Young pilot lives his childhood dream

Sipho Mangesi knew from when he was a child in rural Eastern Cape that one day he would fly high as a pilot./Supplied
Sipho Mangesi knew from when he was a child in rural Eastern Cape that one day he would fly high as a pilot./Supplied

When other children would shout and wave at the rare sight of a plane flying above their village in Ngqamakhwe, Eastern Cape, asking it to bring them sweets and other goodies, Sipho Mangesi knew he wanted more than that.

Now, armed with a pilot's licence, 26-year-old Mangesi wants to fly higher in the world of aviation.

He said his home situation when growing up was no better than the other kids who wanted sweets to fall from the airplane above. The difference is that his parents instilled in him a sense of self-belief.

"They made me believe that all things are possible. I learnt to write my name in the sand because back then we never had stationery and proper facilities.

"The very first English phrase I learnt was 'My name is Sipho Mangesi'. Little did I know that I would one day introduce myself as Captain Sipho Mangesi," he said.

Mangesi said flying for them in the village seemed so far-fetched, almost out of this world.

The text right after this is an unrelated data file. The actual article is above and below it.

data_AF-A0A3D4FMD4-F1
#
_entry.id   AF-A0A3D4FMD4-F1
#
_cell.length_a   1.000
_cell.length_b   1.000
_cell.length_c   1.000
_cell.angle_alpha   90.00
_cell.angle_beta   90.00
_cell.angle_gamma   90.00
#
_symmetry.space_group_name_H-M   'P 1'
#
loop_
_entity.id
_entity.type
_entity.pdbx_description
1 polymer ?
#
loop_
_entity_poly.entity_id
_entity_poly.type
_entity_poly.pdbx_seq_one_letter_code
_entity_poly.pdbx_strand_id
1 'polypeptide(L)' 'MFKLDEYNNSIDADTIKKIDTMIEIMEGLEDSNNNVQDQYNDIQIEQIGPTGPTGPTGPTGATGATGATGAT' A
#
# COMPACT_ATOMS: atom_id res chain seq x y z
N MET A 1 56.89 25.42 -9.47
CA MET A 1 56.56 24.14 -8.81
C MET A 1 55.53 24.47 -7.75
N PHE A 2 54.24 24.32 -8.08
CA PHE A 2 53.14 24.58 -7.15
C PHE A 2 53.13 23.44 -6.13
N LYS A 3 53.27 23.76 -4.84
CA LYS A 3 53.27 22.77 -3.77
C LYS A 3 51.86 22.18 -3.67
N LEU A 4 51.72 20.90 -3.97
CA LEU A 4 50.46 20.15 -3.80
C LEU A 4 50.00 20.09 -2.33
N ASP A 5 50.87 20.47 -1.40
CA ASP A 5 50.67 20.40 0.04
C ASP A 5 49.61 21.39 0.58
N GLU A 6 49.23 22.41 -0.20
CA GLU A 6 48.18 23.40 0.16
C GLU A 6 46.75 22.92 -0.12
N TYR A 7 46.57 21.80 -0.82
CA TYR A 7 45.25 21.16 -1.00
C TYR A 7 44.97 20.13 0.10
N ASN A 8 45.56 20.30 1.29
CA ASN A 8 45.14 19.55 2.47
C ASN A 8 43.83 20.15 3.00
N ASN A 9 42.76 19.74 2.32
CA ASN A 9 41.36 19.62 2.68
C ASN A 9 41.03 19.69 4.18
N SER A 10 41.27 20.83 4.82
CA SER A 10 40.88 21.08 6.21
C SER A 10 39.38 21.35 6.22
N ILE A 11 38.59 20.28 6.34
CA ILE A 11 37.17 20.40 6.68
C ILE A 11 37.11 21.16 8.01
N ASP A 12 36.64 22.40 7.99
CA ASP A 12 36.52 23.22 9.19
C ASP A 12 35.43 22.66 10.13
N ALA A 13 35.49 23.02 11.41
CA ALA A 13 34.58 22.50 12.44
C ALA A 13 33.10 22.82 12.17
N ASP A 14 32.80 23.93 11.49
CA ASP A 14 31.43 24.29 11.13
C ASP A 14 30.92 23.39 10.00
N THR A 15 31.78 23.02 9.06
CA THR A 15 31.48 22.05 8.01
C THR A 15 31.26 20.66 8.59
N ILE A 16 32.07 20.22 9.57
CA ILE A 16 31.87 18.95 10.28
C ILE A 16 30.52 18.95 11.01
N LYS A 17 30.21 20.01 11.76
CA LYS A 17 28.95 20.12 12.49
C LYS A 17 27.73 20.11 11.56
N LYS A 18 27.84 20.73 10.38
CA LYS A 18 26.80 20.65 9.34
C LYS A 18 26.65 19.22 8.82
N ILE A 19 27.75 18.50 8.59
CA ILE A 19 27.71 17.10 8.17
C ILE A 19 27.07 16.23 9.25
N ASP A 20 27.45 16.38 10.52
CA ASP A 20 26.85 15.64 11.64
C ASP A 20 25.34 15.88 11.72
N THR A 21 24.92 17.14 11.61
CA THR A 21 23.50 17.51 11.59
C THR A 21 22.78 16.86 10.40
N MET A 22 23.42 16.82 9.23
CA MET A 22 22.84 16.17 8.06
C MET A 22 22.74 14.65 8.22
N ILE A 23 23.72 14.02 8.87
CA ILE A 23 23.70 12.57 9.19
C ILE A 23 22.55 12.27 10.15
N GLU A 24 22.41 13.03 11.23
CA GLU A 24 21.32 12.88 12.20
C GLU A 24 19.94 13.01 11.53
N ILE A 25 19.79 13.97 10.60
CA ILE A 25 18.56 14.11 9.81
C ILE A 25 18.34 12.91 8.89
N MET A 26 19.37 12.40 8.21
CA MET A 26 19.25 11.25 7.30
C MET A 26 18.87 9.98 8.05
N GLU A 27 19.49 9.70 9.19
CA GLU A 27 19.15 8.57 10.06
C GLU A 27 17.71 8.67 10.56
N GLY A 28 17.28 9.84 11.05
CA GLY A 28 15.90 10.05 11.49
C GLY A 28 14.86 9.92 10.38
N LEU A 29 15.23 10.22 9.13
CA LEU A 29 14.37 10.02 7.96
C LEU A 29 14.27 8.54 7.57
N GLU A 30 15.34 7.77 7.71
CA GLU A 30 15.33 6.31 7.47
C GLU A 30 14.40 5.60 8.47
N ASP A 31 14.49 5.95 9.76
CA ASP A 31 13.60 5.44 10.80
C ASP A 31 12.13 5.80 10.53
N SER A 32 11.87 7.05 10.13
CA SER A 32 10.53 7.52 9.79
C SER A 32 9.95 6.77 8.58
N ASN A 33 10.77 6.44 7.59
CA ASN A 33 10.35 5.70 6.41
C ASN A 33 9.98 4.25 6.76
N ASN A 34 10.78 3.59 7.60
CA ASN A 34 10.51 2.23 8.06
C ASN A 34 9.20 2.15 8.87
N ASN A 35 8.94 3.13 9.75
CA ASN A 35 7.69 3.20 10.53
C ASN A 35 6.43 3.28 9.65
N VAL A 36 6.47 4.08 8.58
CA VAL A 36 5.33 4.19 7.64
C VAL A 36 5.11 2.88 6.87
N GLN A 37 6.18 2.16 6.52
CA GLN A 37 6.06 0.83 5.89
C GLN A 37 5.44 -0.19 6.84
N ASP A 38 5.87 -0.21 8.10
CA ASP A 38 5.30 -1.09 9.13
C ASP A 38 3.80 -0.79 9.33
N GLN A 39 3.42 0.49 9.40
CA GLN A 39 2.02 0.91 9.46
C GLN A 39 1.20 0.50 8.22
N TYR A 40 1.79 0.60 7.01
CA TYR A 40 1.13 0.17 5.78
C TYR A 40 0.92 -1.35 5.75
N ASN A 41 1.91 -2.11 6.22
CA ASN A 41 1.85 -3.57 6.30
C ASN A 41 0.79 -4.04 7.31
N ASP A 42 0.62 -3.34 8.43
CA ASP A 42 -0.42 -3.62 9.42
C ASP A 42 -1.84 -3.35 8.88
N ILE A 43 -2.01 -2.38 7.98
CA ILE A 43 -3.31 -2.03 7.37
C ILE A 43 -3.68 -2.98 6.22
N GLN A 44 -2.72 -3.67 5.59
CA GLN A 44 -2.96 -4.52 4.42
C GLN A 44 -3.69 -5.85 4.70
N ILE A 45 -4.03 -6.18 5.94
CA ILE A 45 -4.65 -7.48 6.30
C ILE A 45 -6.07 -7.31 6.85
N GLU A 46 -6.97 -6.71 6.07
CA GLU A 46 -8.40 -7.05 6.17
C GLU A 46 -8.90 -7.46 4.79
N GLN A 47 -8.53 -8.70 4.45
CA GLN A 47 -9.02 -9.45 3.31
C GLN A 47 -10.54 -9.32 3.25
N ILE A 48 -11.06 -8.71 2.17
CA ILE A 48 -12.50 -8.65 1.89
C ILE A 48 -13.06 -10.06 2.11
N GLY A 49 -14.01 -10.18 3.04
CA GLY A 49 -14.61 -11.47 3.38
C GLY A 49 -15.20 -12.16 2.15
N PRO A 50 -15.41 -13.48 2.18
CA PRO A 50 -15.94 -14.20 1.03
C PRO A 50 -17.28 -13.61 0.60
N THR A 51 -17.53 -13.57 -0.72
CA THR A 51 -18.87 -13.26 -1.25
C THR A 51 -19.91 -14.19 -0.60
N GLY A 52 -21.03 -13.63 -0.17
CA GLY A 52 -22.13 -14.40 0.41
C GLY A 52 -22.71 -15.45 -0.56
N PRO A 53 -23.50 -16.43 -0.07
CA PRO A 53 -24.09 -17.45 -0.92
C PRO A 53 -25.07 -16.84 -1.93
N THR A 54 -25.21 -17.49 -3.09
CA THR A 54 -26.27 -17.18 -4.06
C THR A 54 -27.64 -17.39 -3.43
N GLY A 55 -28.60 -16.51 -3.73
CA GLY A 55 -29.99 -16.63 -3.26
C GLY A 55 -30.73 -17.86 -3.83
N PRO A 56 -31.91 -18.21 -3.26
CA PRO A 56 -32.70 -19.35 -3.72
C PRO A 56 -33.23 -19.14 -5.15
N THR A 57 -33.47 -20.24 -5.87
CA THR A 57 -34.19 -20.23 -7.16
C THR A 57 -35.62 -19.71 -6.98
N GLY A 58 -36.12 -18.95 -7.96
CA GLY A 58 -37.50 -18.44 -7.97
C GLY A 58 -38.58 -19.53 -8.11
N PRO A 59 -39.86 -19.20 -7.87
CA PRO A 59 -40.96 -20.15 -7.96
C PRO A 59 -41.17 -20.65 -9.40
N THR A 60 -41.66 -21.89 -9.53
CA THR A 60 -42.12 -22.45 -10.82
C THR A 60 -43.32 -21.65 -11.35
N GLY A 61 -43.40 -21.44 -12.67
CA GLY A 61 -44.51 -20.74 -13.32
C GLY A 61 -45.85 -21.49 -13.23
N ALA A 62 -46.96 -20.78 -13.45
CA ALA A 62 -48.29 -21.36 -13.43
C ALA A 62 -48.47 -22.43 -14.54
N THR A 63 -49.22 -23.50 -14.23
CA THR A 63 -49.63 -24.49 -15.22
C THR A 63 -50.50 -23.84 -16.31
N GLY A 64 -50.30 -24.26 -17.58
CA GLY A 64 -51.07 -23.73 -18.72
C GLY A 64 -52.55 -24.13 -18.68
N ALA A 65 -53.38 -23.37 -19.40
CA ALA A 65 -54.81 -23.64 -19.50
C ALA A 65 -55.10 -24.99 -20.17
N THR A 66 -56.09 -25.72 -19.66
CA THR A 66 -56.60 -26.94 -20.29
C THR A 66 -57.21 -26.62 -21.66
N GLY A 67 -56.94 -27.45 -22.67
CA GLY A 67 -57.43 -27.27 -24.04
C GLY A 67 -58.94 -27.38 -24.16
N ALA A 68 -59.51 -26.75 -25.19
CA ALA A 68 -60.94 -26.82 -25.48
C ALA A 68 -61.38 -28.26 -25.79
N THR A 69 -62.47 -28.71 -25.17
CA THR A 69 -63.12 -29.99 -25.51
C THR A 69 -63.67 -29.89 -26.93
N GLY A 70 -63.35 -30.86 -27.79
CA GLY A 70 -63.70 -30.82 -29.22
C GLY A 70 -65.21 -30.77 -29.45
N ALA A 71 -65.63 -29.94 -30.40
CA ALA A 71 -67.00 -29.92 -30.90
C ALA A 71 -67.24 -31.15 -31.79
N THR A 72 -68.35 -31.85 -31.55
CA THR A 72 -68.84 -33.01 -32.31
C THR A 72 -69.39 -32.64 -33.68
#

"Due to lack of information about aviation, my passion almost died but my mother kept the fire burning and inspired me to reach for the stars and never give up on my dreams.

"I first went to the air force for selection, unfortunately training with them never happened. I ended up doing my training at Border Aviation Flying School, which was funded by the Eastern Cape department of transport," Mangesi said.

His undying dream was to one day fly his parents and for that to happen, he needed to have a private pilot licence.

"My parents just couldn't afford flying fees so they would contribute whatever they could give me. Needless to say, this delayed my training.

"A licence that was supposed to take me a couple of months to a year ended up taking me four years.

"My first flight as pilot in command in 2014 was more than what I had imagined. It was made special and sentimental by my very first passengers, my parents.

"I cannot explain the joy this brought to my heart, it's a moment I will forever cherish," Mangesi said.

Mangesi owns a company called iFly through which he conducts various aviation awareness initiatives.

"The idea was conceived alongside a close friend and colleague, Derek Nseko, in order to take the next step in addressing transformation in the industry.

"Our mission is to bridge critical gaps through various programmes and initiatives.

"We are conducting skills development, identifying the next generation of aviators, engineers and industry leaders."

Mangesi also gives children who have never flown 15-minute trips. This is his way of ploughing back to the community and motivating children to dream bigger.

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